The High Cost of Fracking In The Kimberley
Today’s question troubling Kimberley’s community and every conscious citizen of Australia – will Buru Energy be allowed to start fracking in the Canning Basin? And, while the WA Parliament is “conducting an inquiry into the controversial gas fracking industry” and acknowledges the strong opposition formed by the inhabitants of the area, citizens, environmental protection groups and traditional owners are doing all they can to stop the initiation of the process.
So far, the people’s efforts have had a positive effect and Buru Energy has been in a trading halt for over a month now. However, the area is in danger and it may be only a matter of weeks for Buru to find an excuse and start fracking. But at what cost? Are the investors, shareholders, directors, managers and employees of Buru Energy ready to face the consequences of Hydralic Fracturing and live themselves after destroying Kimberley’s environment?
What are the costs for Kimberley’s environment?
The simple and short answers is – very high. The idea of fracking is basically injecting high pressure fluid in the ground in order to fracture the shale rocks containing the precious natural gas. The fluid contains more than 600 chemicals, many of which are well-known carcinogens and toxins. Some of the ingredients include lead, uranium, mercury, ethylene clycol, radium, methanol, hydrochloric acid and formaldehyde. So, tremendous quantity of this fluid are poured into the ground at a depth of 10,000 ft. According to specialists, an active gas well can be fracked up to 18 times and each time you need 8 million gallons of water and 4 thousand gallons of chemicals.
So far so good. However, at the end of the process, only between 30 and 50% of these 8M gallons water + 4K gallons chemicals are recovered. The rest remains in the ground and can’t be removed or neutralised. During the process, methane gas and various toxins are leached and become the cause of contamination. The nearby ground waters are deeply affected. Researchers have found that the methane concentrations in the drinking water near fractured wells is 17 times higher than the usual. This water, of course, goes to the nearby living areas and is used by the people there for drinking, watering, etc. This means that the inhabitants of the area drink the water, their pets and farm animals drink it, their crops, flowers and trees drink it…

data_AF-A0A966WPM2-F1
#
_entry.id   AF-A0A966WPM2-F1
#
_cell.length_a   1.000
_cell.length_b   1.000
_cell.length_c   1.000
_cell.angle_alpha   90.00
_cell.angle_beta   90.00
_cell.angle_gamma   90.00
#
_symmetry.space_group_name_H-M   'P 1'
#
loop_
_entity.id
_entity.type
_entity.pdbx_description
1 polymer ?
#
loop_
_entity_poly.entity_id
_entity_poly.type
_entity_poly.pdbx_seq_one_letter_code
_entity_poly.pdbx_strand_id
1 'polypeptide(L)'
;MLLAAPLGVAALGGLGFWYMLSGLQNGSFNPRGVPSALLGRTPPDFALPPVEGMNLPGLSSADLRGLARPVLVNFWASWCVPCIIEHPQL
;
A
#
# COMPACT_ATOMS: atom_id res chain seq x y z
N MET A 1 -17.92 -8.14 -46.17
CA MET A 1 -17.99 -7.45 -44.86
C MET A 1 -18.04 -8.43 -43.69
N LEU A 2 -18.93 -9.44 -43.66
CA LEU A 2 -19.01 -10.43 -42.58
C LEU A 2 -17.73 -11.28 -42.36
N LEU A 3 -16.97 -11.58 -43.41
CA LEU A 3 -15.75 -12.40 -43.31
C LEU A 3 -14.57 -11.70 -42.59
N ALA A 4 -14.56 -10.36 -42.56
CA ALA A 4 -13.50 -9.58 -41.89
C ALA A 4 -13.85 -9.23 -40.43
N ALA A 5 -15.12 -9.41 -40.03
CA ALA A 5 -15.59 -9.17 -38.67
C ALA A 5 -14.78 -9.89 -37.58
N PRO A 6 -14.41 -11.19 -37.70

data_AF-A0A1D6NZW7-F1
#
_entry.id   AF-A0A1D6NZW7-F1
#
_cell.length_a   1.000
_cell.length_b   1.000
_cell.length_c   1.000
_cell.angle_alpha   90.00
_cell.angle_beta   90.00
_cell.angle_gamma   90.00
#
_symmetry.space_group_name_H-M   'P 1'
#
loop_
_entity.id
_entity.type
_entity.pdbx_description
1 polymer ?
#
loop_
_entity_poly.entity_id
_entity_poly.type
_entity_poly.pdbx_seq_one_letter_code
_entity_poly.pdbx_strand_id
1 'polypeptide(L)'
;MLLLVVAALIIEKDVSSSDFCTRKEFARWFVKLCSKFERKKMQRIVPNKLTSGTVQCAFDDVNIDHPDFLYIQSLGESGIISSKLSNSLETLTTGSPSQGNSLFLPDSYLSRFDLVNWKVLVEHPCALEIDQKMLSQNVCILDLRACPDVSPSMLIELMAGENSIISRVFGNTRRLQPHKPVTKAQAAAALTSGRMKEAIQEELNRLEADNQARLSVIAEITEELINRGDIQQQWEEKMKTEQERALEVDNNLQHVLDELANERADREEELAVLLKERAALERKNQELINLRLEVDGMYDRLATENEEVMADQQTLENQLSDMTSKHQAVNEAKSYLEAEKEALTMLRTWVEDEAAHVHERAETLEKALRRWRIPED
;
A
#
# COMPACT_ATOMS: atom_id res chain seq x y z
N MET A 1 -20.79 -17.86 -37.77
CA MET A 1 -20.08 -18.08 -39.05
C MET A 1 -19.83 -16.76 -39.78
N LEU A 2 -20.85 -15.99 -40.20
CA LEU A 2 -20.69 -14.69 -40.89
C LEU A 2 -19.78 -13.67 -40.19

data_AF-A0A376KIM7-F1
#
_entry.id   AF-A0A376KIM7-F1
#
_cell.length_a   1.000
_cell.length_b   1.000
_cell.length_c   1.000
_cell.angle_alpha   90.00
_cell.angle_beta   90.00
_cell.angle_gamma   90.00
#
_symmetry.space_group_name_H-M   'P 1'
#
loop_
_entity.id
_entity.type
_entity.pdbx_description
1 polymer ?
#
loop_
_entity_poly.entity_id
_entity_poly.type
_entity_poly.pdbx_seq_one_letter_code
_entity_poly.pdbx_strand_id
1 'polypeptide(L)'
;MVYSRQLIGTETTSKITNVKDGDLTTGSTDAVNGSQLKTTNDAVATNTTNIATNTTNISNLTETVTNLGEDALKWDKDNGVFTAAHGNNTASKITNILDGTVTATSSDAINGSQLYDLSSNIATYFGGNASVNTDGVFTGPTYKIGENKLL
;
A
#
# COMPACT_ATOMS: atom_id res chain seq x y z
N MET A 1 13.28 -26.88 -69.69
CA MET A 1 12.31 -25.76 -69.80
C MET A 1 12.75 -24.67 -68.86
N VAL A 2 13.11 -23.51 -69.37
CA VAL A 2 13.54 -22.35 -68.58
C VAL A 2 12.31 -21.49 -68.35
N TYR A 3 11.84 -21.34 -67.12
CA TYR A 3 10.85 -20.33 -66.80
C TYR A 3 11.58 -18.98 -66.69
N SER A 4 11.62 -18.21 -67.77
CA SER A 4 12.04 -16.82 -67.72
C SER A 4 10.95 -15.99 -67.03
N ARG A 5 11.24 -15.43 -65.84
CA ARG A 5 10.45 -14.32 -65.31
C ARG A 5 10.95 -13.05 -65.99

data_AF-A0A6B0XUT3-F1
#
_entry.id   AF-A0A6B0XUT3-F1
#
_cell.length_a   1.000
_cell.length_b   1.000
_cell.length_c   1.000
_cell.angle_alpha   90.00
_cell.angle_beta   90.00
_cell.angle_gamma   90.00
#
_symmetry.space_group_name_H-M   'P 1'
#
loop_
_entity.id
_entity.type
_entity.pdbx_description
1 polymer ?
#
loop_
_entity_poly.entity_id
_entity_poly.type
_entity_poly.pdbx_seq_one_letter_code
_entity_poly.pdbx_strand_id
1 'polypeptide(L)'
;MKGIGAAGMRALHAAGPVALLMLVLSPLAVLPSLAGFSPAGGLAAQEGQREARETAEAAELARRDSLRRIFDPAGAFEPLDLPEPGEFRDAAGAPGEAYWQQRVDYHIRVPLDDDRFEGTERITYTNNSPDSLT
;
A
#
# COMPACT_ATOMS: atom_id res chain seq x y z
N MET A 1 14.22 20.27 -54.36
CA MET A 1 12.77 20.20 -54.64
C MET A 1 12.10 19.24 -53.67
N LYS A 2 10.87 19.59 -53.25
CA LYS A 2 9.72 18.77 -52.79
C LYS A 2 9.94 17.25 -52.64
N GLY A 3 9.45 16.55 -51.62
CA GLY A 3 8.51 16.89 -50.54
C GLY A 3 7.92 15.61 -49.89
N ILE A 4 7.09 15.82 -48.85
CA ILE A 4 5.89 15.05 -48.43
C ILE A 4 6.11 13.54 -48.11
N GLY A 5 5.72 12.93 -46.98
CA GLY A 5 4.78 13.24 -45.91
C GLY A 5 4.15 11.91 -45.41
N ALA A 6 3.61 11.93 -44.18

According to the scientists, ingesting the contaminating water leads to sensory, respiratory and neurological problems. However, it does not end there. The fluid recovered from the ground is left in the open to evaporate and you can imagine what goes into the atmosphere and poisons the air we breathe, the rains and the ozone layer. The acidic rains resulting from the evaporation destroys skin, cars, houses, fences, statues…the list is endless. All this destroys the natural habitat of all the inhabitants of the area – people, birds, fish, cattle, domestic and wild animals and plants.
What is the cost for the company and the shareholders?
If the Buru Energy could rely on the perfect scenario, they would make a lot of money from Kimberley. They will take out the gas and leave the area destroyed, then move to another area. Kimberley’s community, however, ruined this for them. Some traditional owners have raised their voices, requiring moratorium on the hydraulic fracturing in Kimberley. Others have adopted a more hands-on approach, blocking Buru’s access to the well. Meanwhile, environmentalists from the area and the country are raising awareness and promise that anyone who tries fracking their area will suffer financially and will have to face the discontentment of the community as well as severe reputational damage. Buru have already felt the effect of these actions as their share price marks a record drop. They already found themselves in need of sacking 30% of their workforce and are in a trading halt.
How to help
If you want to help Kimberley remain a place where people don’t grow a second head after drinking a glass of water, speak, post, share, like and participate. Inform yourself about the process and the dangers, try to spread the word about the consequences of fracking, sign a petition and participate actively in the future of Australia. It is not the first time Kimberley opposes a process that is not supposed to happen – help them do it again!